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UnkleRhaukus
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find the function whose transforms is given below.
\[\frac{e^{ap}}{p^2},\qquad a>0\]
 2 years ago
 2 years ago
UnkleRhaukus Group Title
find the function whose transforms is given below. \[\frac{e^{ap}}{p^2},\qquad a>0\]
 2 years ago
 2 years ago

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UnkleRhaukus Group TitleBest ResponseYou've already chosen the best response.0
\[ \begin{align*} f(t)&=\mathcal L ^{1}\left\{\frac{e^{ap}}{p^2}\right\},\quad a>0\\ &=\mathcal L ^{1}\left\{e^{ap}\times\frac1{p^2}\right\}\\ &= \end{align*}\]
 2 years ago

AccessDenied Group TitleBest ResponseYou've already chosen the best response.1
Are you familiar with this theorem about convolution? \( \displaystyle \mathcal{L}^{1} \left\{ F(s) G(s) \right\}(t) = \mathcal{L}^{1} \{F(s)\}(t) * \mathcal{L}^{1} \{G(s)\}(t) \) \( \displaystyle = (f * g)(t) \) \( \displaystyle = \int_{0}^{t} f(t  \tau) g(\tau) \; \textrm{d} \tau \) I found this in my PDF. If we can find the inverse Laplace transform of our two factors individually, then their convolution should give the inverse Laplace transform of their product.
 2 years ago

UnkleRhaukus Group TitleBest ResponseYou've already chosen the best response.0
i was trying to apply that but i got stuck
 2 years ago

AccessDenied Group TitleBest ResponseYou've already chosen the best response.1
Hmm.. where did you get stuck?
 2 years ago

UnkleRhaukus Group TitleBest ResponseYou've already chosen the best response.0
Second Shift Theorem
 2 years ago

AccessDenied Group TitleBest ResponseYou've already chosen the best response.1
Hmm... \( \mathcal{L} \{H(ta) f(ta) \}(s) = e^{as} F(s) \) \( H(ta) f(ta) = \mathcal{L}^{1} \{e^{as} F(s) \} \) \(\displaystyle F(s) = \frac{1}{s^2} \) in this case. Looking at this, I think we simply need the inverse laplace transform of 1/s^2 to find f(t), and then sub t=ta. I think that's possible w/o convolution... :)
 2 years ago

AccessDenied Group TitleBest ResponseYou've already chosen the best response.1
From a table, I find the inverse laplace transform of 1/s^2 is f(t) = t. f(ta) = (ta) So the final answer would be... \( \displaystyle \mathcal{L}^{1} \{\frac{e^{as}}{s^2}\}(t) = (ta) H(ta) \)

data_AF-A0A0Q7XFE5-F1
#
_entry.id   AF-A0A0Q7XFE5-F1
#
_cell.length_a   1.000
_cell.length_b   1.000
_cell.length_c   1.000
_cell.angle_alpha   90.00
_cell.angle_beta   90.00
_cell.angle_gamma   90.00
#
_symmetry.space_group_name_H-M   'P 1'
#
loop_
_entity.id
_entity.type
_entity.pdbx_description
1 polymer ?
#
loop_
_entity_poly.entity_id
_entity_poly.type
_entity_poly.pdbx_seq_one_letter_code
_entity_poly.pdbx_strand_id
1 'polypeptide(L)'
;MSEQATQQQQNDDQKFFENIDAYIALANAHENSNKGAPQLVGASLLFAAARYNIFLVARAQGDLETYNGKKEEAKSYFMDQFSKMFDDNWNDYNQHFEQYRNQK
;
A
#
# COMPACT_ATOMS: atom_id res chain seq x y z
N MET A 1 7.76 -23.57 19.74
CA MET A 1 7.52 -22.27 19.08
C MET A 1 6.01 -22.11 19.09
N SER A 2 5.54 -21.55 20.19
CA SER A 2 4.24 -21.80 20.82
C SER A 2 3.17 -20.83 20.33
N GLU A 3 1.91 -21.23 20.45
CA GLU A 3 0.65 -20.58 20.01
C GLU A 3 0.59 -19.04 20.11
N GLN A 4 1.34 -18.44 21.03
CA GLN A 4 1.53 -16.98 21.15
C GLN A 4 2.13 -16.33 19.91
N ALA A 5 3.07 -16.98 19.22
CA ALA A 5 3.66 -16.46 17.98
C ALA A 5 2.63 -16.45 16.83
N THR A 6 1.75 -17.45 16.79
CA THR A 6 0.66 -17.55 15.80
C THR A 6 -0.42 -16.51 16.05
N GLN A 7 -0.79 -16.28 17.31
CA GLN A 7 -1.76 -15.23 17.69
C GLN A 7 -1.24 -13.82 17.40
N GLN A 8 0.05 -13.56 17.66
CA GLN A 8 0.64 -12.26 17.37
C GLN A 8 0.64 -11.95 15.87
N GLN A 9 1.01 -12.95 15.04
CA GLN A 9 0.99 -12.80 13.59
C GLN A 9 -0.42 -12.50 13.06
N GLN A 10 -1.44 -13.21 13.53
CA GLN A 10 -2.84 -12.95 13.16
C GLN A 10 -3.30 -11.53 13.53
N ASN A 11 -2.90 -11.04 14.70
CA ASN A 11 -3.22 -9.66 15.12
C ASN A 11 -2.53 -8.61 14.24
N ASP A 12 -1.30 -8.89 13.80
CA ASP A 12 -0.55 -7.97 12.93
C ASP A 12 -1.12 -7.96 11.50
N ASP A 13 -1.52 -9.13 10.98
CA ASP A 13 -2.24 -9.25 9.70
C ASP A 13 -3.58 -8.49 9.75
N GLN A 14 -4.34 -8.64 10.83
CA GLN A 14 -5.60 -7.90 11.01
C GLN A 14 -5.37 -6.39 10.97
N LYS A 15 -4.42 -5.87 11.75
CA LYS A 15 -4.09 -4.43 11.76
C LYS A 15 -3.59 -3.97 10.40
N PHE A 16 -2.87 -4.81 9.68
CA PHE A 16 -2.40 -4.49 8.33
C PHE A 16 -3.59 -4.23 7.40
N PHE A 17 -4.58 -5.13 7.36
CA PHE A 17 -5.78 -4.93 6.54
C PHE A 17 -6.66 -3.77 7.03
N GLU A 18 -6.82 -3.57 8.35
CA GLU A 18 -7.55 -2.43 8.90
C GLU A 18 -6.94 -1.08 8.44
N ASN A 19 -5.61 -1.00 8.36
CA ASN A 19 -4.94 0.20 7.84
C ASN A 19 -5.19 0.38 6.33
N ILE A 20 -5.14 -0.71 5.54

2 years ago

UnkleRhaukus Group TitleBest ResponseYou've already chosen the best response.0
\[\begin{align*} f(t)&=\mathcal L ^{1}\left\{\frac{e^{ap}}{p^2}\right\},\quad a>0\\ &=\mathcal L ^{1}\left\{\frac{e^{ap}}p\times\frac1{p}\right\}\\ &=\mathcal L ^{1}\left\{\frac{e^{ap}}p\right\}\times\mathcal L^{1} \left\{\frac1{p}\right\}_{t\rightarrow ta}\\ &=h(ta)\times t\Big_{t\rightarrow ta}\\ &=h(ta)\ (ta)\\ \end{align*}\]??
 2 years ago

UnkleRhaukus Group TitleBest ResponseYou've already chosen the best response.0
im getting muddled up
 2 years ago

UnkleRhaukus Group TitleBest ResponseYou've already chosen the best response.0
\[\begin{align*} f(t)&=\mathcal L ^{1}\left\{\frac{e^{ap}}{p^2}\right\},\quad a>0\\ &=\mathcal L ^{1}\left\{{e^{ap}}\times\frac1{p^2}\right\}\\ &=h(ta)\times\mathcal L^{1} \left\{\frac1{p^2}\right\}_{t\rightarrow ta}\\ &=h(ta)\times t\Big_{t\rightarrow ta}\\ &=h(ta)(ta) \end{align*}\] ?
 2 years ago

AccessDenied Group TitleBest ResponseYou've already chosen the best response.1
Yes, that is what I got as well. :)
 2 years ago

UnkleRhaukus Group TitleBest ResponseYou've already chosen the best response.0
ok i still dont understand this very well
 2 years ago

AccessDenied Group TitleBest ResponseYou've already chosen the best response.1
I apologize for not being very much help with the intuition part here. I am not very familiar with it myself. ;(
 2 years ago

AccessDenied Group TitleBest ResponseYou've already chosen the best response.1
My current understanding is that this theorem establishes that a factor of e^(ap) on the laplace transform of a function translates to a shift of 'a' units to the right in the original function; or in reverse, that a shift of 'a'units translates to a factor of e^(ap) in the transform.
 2 years ago
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